It is also true that there is little consensus on exactly what the government intends to do, and—more importantly—how and to what effect the new regime will be implemented. The discussion itself has been exhaustive to the point where all parties think they have heard back at least some of what they have said. VBP has been on the reform docket since 2007 and the Conservative coalition government formally presented it as a replacement to the PPRS in 2010.
The fundamentals of the plan are relatively clear. The government intends to curtail the National Institute for Health and Clinical Excellence's (NICE) power to determine whether the NHS should adopt a drug for reimbursement or not, with formal recognition granted to the Department of Health (DOH) as the sole entity responsible for making pricing decisions on new products. NICE will retain responsibility for conducting initial cost-effectiveness appraisals on selected drugs and is given an expanded remit to set broad therapeutic guidances on how these medicines should be made available in the treatment of diseases. Pharma companies will decide on whether to offer products to the NHS at the prices the DOH government sets down, while physicians make a judgment on whether to prescribe them.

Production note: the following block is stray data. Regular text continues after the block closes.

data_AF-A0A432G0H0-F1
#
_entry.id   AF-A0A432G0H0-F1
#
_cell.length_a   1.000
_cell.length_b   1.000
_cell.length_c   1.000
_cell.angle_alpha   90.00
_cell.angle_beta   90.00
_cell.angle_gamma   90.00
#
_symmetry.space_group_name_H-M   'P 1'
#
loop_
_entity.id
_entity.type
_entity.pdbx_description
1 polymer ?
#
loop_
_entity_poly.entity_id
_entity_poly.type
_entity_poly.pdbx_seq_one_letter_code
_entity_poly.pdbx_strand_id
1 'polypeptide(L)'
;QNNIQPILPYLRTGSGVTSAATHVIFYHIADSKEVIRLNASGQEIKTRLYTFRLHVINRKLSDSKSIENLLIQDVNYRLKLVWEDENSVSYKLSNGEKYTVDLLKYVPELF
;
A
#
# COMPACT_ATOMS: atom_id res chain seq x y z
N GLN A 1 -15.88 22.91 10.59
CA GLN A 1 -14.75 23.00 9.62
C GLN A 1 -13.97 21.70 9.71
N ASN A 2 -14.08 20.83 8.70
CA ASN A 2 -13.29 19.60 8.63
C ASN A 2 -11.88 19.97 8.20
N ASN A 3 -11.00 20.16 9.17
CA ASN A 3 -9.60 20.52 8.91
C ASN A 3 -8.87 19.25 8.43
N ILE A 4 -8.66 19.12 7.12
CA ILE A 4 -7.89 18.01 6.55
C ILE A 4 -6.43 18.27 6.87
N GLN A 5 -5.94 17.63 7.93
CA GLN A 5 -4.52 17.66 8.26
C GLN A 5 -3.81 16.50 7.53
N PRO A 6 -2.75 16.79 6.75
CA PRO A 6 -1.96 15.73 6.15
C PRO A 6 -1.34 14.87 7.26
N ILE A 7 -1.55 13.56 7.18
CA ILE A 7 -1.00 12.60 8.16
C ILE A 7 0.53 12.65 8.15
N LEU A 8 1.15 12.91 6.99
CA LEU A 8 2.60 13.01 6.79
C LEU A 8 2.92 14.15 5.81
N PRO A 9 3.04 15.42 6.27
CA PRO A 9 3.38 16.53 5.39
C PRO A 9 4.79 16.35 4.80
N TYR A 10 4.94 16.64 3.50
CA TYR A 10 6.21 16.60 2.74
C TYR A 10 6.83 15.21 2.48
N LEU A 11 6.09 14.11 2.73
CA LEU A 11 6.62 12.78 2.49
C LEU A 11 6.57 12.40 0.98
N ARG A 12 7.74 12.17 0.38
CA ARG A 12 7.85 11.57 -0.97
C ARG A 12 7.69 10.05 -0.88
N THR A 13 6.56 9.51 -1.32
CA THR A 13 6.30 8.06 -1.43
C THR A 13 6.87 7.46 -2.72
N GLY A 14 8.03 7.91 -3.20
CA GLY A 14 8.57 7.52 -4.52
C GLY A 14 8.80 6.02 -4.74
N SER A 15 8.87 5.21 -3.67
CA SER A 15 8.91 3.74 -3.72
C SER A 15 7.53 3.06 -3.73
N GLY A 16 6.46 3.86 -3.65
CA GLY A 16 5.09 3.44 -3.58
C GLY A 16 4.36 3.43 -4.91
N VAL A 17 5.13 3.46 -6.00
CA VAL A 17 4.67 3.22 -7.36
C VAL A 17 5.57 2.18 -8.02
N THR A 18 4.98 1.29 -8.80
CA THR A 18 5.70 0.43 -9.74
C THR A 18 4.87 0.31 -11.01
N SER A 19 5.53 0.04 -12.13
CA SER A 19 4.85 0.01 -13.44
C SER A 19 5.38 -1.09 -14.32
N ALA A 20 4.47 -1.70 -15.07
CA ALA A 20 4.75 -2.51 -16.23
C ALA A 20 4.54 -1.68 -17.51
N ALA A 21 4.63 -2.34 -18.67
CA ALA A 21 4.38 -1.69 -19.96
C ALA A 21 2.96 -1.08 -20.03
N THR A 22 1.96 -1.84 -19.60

The nub of the matter is that these decisions will hinge on price thresholds geared to the maximum amount the government is prepared to pay, with higher thresholds in place for medicines tackling particularly severe diseases or diseases with unmet needs; those that can demonstrate "wider societal benefits"; and those that evidence "greater therapeutic innovation and improvements compared with other products."